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Introduction: Jewish Studies and Postcolonialism

  • Willi Goetschel (a1) and Ato Quayson (a1)

Abstract

The introduction to this special issue makes the case for seeing Jewish studies and postcolonialism as part of a historical constellation that has mutual filiations and genealogies in the two fields. It calls for the imperative to see the world’s problems historically but also through the mutually illuminating perspectives of the two fields.

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References

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1 An excellent breakdown of the nature of the Syrian refugee crisis is provided by Professor Hans Rosling in a short but well-structured video. See www.facebook.com/gapminder.org/videos/1014061668628791/?pnref=story; last accessed on September 10, 2015.

2 Zizek, Slavoj, “The Non-Existence of Norway,” London Review of Books Online, September 9, 2015; www.lrb.co.uk/2015/09/09/slavoj-zizek/the-non-existence-of-norway; last accessed October 5, 2015.

3 Marrus, Michael R., The Unwanted: European Refugees from the First World War through the Cold War (Philadelphia: Temple University Press), 10.

4 Cheyette, Bryan, “Frantz Fanon and the Black-Jewish Imaginary,” Frantz Fanon’s Black Skin White Masks: New Interdisciplinary Essays, ed. Max Silverman (Manchester University Press 2005), 74.

5 Mendelssohn, Moses, preface to Manasseh Ben Israel’s Vindication of the Jews, in Writings on Judaism, Christianity, and the Bible, ed. Michah Gottlieb, trans. Curtis Bowman, Elias Sacks, and Allan Arkush (Waltham, MA.: Brandeis University Press, 2011), 3952, esp. 40.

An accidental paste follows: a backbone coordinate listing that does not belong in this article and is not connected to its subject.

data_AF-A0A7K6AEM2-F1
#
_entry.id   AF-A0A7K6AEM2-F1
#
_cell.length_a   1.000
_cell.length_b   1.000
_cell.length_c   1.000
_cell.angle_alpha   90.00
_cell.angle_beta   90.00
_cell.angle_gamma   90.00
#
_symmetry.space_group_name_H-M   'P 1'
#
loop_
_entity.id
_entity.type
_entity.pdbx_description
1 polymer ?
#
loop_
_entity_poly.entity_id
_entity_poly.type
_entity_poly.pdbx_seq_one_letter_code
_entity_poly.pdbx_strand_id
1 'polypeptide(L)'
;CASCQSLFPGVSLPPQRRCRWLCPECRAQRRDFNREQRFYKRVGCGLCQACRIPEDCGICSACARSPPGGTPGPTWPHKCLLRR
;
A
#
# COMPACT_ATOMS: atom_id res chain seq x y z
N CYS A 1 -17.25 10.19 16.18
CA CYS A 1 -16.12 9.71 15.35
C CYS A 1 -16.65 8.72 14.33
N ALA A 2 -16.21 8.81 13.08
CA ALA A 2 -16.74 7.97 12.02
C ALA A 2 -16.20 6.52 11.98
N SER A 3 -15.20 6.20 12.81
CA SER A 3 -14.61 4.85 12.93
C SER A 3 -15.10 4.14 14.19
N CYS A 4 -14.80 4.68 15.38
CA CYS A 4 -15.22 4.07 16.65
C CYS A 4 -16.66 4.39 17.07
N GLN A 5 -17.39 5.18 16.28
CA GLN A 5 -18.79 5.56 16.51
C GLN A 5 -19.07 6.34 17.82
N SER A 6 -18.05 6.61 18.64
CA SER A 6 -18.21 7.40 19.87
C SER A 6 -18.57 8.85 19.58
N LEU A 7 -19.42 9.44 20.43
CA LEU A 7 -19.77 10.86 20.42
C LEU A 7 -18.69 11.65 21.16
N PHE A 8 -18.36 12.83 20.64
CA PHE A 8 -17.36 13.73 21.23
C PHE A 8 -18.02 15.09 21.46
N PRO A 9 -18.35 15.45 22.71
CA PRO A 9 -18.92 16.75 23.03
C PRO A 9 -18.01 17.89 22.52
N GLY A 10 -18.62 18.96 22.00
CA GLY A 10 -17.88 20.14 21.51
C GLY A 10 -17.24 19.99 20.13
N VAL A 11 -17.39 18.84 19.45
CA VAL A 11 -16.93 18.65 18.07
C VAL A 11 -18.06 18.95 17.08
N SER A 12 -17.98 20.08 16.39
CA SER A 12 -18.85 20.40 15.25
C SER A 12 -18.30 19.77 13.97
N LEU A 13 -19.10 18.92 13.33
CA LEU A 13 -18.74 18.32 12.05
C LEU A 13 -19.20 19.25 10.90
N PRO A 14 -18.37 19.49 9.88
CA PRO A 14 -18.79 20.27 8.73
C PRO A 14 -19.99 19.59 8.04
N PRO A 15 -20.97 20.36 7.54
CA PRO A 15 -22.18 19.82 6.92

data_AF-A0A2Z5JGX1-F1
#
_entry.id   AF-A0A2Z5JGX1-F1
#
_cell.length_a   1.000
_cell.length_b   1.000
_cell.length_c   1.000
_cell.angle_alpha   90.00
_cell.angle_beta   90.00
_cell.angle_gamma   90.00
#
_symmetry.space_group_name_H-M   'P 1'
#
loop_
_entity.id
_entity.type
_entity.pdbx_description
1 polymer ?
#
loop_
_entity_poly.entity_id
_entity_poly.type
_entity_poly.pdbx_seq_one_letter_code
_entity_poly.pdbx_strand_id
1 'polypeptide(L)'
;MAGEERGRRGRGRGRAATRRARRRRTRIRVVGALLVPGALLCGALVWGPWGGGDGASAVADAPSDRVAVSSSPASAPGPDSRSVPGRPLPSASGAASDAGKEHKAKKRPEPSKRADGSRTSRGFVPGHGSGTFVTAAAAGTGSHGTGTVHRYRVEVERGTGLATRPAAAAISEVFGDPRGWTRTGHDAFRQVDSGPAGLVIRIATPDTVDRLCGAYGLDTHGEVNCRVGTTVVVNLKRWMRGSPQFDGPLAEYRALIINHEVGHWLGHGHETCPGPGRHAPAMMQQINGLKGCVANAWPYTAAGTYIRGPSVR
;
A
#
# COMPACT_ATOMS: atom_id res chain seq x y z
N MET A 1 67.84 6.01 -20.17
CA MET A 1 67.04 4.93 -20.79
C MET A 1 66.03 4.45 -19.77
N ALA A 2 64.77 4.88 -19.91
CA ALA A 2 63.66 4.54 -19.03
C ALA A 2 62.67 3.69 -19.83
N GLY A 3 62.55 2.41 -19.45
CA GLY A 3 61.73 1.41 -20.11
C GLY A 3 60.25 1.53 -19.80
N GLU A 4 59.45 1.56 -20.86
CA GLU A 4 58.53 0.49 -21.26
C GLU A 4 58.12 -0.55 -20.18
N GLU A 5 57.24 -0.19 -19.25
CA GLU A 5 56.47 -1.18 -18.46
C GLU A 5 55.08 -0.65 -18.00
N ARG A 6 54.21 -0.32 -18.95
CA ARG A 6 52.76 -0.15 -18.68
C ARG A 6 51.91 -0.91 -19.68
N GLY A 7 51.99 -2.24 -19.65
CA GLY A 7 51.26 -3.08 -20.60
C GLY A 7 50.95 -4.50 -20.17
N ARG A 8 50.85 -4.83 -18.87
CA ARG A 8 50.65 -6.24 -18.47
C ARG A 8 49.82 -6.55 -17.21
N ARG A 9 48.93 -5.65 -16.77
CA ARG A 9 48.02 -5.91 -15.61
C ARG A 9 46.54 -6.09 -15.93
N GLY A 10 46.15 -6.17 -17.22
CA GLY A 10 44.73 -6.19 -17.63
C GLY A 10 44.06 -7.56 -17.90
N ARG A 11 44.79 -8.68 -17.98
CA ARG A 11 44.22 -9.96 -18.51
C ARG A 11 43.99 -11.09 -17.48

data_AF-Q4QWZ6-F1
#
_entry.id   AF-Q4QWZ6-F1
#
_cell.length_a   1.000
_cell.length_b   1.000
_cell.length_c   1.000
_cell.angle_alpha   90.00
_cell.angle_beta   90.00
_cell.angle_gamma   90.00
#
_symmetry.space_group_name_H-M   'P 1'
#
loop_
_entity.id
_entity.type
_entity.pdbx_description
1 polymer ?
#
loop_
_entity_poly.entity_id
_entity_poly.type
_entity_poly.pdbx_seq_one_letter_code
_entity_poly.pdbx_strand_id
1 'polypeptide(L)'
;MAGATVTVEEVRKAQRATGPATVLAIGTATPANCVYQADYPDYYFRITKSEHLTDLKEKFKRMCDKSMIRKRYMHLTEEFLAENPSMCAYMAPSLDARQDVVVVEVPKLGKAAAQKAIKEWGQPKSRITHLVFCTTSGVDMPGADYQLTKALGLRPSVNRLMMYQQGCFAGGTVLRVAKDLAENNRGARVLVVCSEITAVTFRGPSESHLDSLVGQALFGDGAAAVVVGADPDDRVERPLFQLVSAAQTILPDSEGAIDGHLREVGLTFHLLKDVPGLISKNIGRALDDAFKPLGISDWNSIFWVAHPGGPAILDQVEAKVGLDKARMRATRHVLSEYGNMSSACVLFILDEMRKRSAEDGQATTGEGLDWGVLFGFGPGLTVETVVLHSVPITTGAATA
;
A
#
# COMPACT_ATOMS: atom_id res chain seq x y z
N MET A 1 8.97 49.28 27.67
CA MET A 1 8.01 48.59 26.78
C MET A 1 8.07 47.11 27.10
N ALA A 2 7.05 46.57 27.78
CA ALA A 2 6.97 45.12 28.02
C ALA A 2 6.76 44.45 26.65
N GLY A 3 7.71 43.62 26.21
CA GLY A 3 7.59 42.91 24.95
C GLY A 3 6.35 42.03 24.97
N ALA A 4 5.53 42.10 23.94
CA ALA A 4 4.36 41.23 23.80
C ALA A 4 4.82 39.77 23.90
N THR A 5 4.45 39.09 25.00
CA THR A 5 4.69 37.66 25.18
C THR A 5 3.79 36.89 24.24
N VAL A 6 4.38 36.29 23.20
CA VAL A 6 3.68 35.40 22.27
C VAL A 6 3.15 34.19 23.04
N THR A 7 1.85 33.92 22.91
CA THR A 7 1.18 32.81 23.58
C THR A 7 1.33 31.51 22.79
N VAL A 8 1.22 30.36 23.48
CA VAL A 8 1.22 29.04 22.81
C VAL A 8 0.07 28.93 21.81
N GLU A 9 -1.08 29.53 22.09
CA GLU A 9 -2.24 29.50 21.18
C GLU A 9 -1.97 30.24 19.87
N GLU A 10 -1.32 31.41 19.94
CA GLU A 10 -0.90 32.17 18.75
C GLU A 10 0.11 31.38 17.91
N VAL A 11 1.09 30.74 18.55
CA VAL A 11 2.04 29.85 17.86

6 Rothberg, Michael, Multidirectional Memory: Remembering the Holocaust in the Age of Decolonization (Stanford, CA: Stanford University Press).

7 Jonathan, and Boyarin, Daniel, Powers of Diaspora: Two Essays on the Relevance of Jewish Culture, (Minneapolis, MN: University of Minnesota Press, 2002); Paul Gilroy, The Black Atlantic: Modernity and Double Consciousness, (Harvard, MA: Harvard University Press, 1995).

8 For a good recent discussion of the joint Jewish and postcolonial sources of Derrida and Cixous work, see Kaiser, BirgitAlgerian Disorders: On Deconstructive Postcolonialism in Cixous and Derrida,” The Cambridge Journal of Postcolonial Literary Inquiry, 2.2 (2014): 191211. For recent work concerning the Frankfurt School’s Critical Theory relation to Jewish thought see the two theme issues of Bamidbar: Journal for Jewish Thought and Philosophy 1 (2013) and 2 (2014).

9 Moses Mendelssohn, ibid.

10 See Goetschel, Willi, “State, Sovereignty, and the Outside Within: Mendelssohn’s View from the ‘Jewish Colony,’ ” The Discipline of Philosophy and the Invention of Modern Jewish Thought (New York: Fordham University Press, 2013), 178188.

11 Galchinsky, Michael, “Africans, Indians, Arabs, and Scots: Jewish and Other Question in the Age of Empire,” Jewish Culture and History 6.1 (2009): 57. Our insights here draw predominantly on Michael Galchinksy’s illuminating discussion of the intersectional character of the Jewish Question in the nineteenth century.

12 Ibid. 47.

13 For the term shadow discourse see Suchoff, David, Kafka’s Jewish Languages: The Hidden Openness of Tradition (Philadelphia, PA: University of Pennsylvania Press, 2012), 17.

14 Mufti, Aamir, Enlightenment in the Colony: The Jewish Question and Crisis of Postcolonial Culture (Princeton, NJ: Princeton University Press, 2009).

15 For more on world migrations and the impact these have had on postcolonial studies, see Quayson, Ato, “Introduction: Postcolonial Studies in a Changing Historical Frame,” in The Cambridge History of Postcolonial Literature, ed. Ato Quayson, Vol. 1. (Cambridge: Cambridge University Press, 2012), 329, and “Africa and its Diverse Diasporas,” The Oxford Handbook to Postcolonial Studies, ed. Graham Huggan (Oxford: Oxford University Press, 2013), 628–47.

16 Casteel, Sarah Philips, Calypso Jews: Jewishness in the Caribbean Literary Imagination (New York: Columbia University Press, 2015).

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Introduction: Jewish Studies and Postcolonialism

  • Willi Goetschel (a1) and Ato Quayson (a1)

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